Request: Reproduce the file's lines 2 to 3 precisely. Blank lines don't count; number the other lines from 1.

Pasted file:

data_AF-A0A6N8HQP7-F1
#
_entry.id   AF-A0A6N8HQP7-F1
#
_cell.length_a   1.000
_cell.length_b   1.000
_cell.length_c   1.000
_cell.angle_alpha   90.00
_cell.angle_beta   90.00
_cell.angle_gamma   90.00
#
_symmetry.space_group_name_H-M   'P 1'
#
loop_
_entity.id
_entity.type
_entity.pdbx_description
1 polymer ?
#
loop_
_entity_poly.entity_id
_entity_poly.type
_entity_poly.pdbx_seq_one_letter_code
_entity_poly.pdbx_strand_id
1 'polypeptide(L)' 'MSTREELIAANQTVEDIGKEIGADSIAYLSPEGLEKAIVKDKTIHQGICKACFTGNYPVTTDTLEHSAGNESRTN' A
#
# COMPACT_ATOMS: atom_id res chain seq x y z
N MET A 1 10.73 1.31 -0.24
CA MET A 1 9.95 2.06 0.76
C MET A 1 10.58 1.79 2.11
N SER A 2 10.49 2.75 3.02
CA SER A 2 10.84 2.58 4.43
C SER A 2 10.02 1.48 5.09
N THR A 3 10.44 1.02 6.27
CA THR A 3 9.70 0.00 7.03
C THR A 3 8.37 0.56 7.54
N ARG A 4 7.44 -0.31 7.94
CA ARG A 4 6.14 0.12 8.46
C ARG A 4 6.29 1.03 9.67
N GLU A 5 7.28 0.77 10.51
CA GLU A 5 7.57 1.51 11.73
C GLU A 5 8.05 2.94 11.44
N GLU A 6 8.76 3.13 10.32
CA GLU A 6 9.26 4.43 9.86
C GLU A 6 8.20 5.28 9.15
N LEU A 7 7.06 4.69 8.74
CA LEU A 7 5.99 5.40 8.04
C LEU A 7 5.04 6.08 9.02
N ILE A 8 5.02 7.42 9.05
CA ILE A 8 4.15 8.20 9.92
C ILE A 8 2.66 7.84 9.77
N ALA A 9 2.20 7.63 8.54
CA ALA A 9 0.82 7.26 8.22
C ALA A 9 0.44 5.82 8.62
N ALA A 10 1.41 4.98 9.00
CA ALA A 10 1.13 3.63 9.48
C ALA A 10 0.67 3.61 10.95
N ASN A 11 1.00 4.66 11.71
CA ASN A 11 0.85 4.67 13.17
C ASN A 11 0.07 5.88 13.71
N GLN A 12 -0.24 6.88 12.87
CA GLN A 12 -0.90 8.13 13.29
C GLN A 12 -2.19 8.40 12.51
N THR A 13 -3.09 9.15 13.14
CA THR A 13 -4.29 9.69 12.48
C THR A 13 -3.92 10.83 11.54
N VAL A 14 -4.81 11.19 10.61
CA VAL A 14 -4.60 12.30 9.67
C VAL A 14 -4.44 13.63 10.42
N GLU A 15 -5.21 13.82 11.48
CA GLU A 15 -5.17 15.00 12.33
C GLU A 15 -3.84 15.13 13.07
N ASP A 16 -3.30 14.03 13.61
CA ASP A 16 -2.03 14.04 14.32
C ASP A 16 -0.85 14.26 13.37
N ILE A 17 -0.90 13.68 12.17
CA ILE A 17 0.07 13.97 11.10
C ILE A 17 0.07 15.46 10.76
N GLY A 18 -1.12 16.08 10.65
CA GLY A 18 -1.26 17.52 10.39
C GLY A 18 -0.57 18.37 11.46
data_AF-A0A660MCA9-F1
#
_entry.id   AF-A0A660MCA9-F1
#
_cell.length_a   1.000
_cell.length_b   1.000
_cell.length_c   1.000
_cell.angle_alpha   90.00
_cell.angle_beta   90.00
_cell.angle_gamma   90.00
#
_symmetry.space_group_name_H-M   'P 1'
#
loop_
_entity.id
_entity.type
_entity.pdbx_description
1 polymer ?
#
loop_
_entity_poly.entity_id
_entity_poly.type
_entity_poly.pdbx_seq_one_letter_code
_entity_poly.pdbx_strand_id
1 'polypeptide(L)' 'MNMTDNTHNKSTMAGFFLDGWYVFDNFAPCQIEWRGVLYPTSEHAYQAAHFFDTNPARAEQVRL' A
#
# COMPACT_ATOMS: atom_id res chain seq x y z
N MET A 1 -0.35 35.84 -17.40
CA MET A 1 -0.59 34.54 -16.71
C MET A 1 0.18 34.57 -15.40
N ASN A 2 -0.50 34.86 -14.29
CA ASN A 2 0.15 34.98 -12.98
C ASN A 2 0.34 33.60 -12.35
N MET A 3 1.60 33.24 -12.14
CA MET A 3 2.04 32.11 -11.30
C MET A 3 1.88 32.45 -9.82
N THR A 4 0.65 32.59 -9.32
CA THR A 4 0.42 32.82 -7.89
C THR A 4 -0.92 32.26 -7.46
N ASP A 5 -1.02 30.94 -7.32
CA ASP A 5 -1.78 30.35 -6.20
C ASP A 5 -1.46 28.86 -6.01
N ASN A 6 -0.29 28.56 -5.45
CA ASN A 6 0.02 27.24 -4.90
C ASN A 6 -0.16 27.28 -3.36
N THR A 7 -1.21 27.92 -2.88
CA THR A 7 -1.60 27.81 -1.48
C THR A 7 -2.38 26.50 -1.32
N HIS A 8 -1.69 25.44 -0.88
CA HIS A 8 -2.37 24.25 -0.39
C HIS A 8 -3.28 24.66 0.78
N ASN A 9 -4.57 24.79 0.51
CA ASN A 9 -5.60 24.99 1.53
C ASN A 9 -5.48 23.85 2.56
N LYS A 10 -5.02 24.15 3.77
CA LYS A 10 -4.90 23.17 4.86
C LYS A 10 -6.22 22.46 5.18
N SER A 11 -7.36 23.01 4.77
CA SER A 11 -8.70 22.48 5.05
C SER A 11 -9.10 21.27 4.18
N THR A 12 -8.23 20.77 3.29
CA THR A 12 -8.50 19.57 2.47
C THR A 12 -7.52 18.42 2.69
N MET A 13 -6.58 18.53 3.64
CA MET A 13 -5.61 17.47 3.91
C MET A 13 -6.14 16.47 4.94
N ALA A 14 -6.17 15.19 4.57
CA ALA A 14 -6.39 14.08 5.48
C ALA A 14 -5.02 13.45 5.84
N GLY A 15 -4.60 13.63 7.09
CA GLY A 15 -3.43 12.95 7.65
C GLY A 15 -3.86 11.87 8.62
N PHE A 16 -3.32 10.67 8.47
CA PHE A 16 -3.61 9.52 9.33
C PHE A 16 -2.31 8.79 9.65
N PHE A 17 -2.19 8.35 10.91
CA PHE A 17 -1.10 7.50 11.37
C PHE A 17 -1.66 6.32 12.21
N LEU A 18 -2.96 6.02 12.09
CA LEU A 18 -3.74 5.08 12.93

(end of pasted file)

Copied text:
#
_entry.id   AF-A0A6N8HQP7-F1